In 1984, Hawkins, Todd Sharp and Steve Ferrone joined Christine McVie for her long-awaited first solo album since joining Fleetwood Mac, simply titled Christine McVie. The album was a major hit-with airplay, video play, press coverage and television specials-and McVie and her bandmates took the music to the people on a spring tour of the U.S., winding it up with a sold-out show at L.A.’s Universal Amphitheatre in June 15.
Later that year, Hawkins directed, played bass and sang on one of the most critically acclaimed tours of the year, in support of Rickie Lee Jones’ inventive and mysterious The Magazine. Touring with Michael McDonald followed and continued through 1987, and work with Dan Fogelberg culminated in Fogelberg’s 1990 album Wild Places.
Hawkins headed to Japan in 1988 with Boz Scaggs. While overseas, two friends from the Doobie Brothers, John McFee and Keith Knudson, hooked Hawkins up with one of the most popular rock stars in Asia, Eikichi Yazawa. Hawkins toured and recorded with Yazawa off and on for a decade. He put together an original band in 1989 called Emotional Rex, with writer-guitarist Bruce Gaitsch and drummer-vocalist Kelly Keagy (from Night Ranger). The producer Glyn Johns, who later worked on Nicks’ Street Angel, recommended Hawkins for a project in England with Bad Company singer Paul Rogers and The Who drummer Kenny Jones.
Hawkins continued to tour with Yazawa throughout the early and mid-1990s, generally three or four months out of the year. The tour schedule allowed Hawkins to record his first album, Every Dog Has Its Day, which was released in December 1996. Produced by his friend from Emotional Rex, Bruce Gaitsch, Hawkins brought together an impressive array of musicians and vocalists, including Guy Allison on piano, Marc Russo on saxophone and Billy Ward on drums. Jeff Porcaro and Jonathan Moffet programmed drum loops, and Richard Marx, Billy Burnette, Janey Clewer, Bill Champlin (for whom Hawkins had played bass on the 1994 album Burn Down the Night) and Tamara Champlin sang harmonies and backup.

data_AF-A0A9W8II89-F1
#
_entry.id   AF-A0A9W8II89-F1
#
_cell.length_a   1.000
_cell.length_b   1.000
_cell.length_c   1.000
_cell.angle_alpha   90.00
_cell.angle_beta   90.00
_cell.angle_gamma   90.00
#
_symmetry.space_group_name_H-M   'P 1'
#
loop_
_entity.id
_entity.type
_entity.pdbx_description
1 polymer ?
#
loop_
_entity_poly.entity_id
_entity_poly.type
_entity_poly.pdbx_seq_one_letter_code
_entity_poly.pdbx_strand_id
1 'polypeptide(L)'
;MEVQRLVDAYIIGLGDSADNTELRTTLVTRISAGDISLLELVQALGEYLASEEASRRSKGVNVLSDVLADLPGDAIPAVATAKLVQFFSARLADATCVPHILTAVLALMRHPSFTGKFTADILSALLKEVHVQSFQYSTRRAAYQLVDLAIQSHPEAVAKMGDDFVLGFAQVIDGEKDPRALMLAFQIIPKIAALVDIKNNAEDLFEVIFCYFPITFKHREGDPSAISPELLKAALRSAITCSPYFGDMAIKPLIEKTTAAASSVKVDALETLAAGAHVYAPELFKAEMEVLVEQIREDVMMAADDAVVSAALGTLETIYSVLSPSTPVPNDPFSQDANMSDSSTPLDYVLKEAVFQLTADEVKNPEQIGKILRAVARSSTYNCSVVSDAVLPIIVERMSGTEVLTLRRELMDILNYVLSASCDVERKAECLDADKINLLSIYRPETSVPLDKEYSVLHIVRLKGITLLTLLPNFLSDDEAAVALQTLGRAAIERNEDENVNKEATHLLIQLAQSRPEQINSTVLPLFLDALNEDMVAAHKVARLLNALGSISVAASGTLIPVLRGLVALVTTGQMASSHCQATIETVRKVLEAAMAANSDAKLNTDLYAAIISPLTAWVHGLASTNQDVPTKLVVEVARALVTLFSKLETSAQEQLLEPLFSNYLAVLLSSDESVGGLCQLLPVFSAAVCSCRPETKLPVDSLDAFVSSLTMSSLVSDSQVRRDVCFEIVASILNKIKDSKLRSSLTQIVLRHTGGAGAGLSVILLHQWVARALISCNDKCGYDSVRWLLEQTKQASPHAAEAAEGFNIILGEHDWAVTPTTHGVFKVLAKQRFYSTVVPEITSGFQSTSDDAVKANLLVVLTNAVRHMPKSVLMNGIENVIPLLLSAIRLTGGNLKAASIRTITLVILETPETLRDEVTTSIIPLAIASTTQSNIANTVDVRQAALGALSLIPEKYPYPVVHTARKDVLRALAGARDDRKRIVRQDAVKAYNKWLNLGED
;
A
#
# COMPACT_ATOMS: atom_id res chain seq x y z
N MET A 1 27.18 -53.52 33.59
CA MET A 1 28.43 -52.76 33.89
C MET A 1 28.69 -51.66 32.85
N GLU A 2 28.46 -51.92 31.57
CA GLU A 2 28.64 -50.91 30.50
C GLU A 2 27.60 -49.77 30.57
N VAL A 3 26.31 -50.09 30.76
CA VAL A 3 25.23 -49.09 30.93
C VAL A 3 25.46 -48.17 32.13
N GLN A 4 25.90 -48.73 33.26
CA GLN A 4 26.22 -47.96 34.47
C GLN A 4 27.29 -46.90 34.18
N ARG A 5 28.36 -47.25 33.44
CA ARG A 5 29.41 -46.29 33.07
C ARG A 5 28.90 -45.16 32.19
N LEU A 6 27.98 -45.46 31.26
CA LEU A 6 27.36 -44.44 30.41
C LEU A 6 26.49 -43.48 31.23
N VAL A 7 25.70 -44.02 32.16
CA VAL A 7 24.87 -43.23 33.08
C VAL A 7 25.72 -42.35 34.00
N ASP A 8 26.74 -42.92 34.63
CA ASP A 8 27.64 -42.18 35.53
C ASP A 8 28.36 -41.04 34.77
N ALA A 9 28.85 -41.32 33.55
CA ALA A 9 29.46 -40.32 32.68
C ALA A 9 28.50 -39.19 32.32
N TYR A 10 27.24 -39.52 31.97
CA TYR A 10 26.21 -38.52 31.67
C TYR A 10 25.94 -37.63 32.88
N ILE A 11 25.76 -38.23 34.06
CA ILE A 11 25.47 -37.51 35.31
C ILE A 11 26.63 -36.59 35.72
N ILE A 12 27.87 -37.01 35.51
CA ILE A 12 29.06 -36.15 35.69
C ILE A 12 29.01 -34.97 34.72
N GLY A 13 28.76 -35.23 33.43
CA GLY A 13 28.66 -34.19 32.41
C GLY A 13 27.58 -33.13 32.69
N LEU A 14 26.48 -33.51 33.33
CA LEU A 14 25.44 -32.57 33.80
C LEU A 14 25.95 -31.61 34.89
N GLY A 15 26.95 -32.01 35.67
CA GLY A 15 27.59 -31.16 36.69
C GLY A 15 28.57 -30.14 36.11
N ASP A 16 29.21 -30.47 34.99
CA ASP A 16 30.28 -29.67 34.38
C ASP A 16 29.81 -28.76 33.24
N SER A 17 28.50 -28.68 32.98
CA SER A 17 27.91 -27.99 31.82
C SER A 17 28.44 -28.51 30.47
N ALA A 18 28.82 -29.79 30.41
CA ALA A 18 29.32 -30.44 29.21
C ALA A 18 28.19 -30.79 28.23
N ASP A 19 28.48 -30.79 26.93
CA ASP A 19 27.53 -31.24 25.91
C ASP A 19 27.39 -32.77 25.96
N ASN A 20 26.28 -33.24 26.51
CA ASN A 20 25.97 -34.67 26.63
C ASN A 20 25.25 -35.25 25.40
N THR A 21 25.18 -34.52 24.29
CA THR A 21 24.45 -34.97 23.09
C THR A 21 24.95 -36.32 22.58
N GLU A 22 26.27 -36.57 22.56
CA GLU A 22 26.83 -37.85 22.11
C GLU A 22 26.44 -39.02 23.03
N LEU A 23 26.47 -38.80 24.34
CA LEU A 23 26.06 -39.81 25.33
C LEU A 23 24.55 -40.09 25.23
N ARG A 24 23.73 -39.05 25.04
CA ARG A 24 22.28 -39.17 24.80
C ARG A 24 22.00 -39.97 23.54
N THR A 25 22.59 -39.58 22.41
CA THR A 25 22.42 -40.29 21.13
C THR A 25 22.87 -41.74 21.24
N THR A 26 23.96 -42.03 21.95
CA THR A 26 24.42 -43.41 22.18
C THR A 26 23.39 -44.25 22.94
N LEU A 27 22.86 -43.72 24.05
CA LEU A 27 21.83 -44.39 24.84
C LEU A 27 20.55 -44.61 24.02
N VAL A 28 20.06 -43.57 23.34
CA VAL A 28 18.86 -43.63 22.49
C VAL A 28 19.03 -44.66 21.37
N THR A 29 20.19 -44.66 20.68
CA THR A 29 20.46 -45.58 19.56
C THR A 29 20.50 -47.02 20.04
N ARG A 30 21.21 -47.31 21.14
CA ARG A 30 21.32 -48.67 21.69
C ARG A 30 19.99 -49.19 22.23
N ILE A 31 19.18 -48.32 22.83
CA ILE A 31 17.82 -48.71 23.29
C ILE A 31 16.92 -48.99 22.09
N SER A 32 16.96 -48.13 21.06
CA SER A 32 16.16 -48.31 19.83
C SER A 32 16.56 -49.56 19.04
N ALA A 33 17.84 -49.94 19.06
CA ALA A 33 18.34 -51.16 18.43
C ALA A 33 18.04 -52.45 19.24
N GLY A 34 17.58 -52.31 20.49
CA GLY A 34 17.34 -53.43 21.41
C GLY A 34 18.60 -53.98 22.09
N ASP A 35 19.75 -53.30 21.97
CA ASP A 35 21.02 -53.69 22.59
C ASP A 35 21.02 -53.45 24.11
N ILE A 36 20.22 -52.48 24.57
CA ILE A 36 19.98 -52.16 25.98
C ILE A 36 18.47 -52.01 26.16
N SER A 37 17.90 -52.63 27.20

Hawkins worked with Richard Marx periodically for several years in the mid-1990s. “Richard is a sensational singer, writer and performer, and one of the funniest people in the universe,” Hawkins said of the popular vocalist.
The list of Hawkins’ musical contributions is as long as it is varied. His bass playing, vocals and guitar playing can be found on Don Felder’s Airborne, Firefall’s Clouds Across the Sun, Best of Firefall and Greatest Hits, Bruce Gaitsch’s Lyre in a Windstorm, Roger McGuinn’s Back from Rio, Troy Newman’s Gypsy Moon, Juice Newton’s Quiet Lies, Sanford and Townsend’s Smoke from a Distant Fire, Todd Sharp‘s Who Am I?, Gary Wright’s Right Place, Billy Burnette‘s new album Are You With Me Baby, and several albums for The Monkees, including Pool It!, Listen to the Band, Greatest Hits and Anthology.
After moving to Nashville with his family in 1997, Hawkins went out on the road with Deana Carter. In early 1998, he “totally scored the best gig in town with the awesome Texas blues and R&B legend Delbert McClinton,” Hawkins said of the project, which also features guitarist Todd Sharp. “And that’s where I’ve happily been ever since!”